Be prepared for blood, sweat, and possible stress tears.

*Scroll down for the mega list of free resources for technical interview prep at the end! Good luck :)
Added a new version of the interview cheat-sheet that can be downloaded & printed, and added new resources for data structure review!

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Technical interviews are tough. Especially when there are about a million different questions they can possibly pull on you — it can feel impossible to be well-prepared. This guide aims to help you plan your review before your next big interview!

While I am no expert on technical interviews, I’ve gone through this interview-prep process twice each school year and have successfully gotten internship offers after interviews from both small and large companies. These questions are a mix of actual interview questions I’ve seen and also what I personally think is important to review.

Rejection — an unfortunate and inevitable part of our journey to employment

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Why am I writing this? Because rejection sucks. Big time.

Rejection invokes feelings of shame, embarrassment, and regret. It is entirely natural for us to avoid circumstances (like interviews) that will lead us to these negative emotions at all cost.

However, on the other side of the fear of rejection — we have the possibility for major wins in our careers, ambitions, and goals! Why should we let our irrational anxiety be the gatekeeper for our success?

I want to share with you some tips and the mindset that helped me stay grounded when I was faced with the unfortunate reality of rejection.

1. Accept the Fact That You Will Get Rejected

First thing’s first — get it in your head that everyone gets rejected.

An article dedicated to all my below-par performances, frustrating lows, and failed attempts at picking up computer science— because CS shows mercy for no one.

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Year 1 of studying CS

Mental State: Questioning myself and my choices, attempting to ‘fake it till I make it’, overall struggling with confidence in my ability to pick up computer science

Background: Awful at math (with a C in calc) and still under the impression that you needed to be a math wizard to excel in CS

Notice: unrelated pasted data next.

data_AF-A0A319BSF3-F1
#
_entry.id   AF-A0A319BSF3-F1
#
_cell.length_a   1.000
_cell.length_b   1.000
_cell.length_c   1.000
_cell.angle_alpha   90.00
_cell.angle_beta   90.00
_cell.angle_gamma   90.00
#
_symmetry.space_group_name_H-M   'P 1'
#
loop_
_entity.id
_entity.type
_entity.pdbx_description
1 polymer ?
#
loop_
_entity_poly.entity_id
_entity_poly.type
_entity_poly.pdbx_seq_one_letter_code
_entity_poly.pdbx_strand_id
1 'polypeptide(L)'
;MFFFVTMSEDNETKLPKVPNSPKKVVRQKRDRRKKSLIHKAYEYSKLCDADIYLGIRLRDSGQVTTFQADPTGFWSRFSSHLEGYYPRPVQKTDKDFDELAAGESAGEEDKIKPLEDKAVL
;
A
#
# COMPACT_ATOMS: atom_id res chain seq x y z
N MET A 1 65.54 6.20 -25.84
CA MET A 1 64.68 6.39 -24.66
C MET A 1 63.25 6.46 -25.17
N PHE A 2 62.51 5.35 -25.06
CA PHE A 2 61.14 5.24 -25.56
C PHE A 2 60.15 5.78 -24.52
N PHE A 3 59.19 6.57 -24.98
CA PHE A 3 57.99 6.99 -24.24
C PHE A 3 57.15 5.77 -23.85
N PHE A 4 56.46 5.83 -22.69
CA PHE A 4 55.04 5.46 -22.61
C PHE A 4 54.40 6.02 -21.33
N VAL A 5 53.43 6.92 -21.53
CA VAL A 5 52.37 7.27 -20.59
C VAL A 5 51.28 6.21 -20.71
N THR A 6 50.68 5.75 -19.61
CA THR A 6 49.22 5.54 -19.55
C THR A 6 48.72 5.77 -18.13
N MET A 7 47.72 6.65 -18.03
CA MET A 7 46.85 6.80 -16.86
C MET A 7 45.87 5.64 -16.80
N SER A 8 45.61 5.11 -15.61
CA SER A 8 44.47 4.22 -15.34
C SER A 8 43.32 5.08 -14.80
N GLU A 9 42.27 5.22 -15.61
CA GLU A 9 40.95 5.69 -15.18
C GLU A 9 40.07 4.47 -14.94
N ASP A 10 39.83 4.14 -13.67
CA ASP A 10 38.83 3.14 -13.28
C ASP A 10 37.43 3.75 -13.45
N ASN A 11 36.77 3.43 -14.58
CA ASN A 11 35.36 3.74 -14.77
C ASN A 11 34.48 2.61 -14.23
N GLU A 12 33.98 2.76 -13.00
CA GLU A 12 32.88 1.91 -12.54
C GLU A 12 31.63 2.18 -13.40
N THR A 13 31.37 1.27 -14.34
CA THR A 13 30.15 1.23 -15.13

Introduction to Computer Science (CS 111)— Intro course for CS majors that taught logic, assembly code deconstruction, basic algorithms (like binary search), recursion, and other fundamental topics using Python.

Bad Day: My CS111 Final …
What happened?

A list of some thoughtful questions that can help you learn more about the company and its values.

Remember that interviews are a two-way street — they’re an opportunity for the company to assess your background and skill set, but also a chance for you to see if the company is the *right* fit for you!

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(short backstory) I recently finished the soul-sucking process of interviewing and after completing over 30 interviews (from screener to final round stages) — I’ve found what questions worked best for me and helped me learn about the company. I’ve categorized and listed these questions below, along with general tips that may help you pick which values to ask about. good luck ❤

Some Precautions

It’s great to use interviews to learn about the work environment and see if the fit is right for you! However, remember that as a candidate, you’re still trying to secure an offer — until then, you do not have any leverage. Just remember that once you secure the offer, you’re free to ask as much about the company as you’d like!

Including how to ask for extensions, how to deal with “exploding deadlines”, and overall tips on how smaller vs larger companies negotiate!

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visual representation of how it feels to negotiate

Before we start: Remember that you are the one companies want, and that you hold the bargaining chip! After investing thousands in resources and months of time to find you, screen you, and interview you for the role — do you think they’re suddenly going to change their mind when you ask for a better offer? Spoiler alert: the answer is no.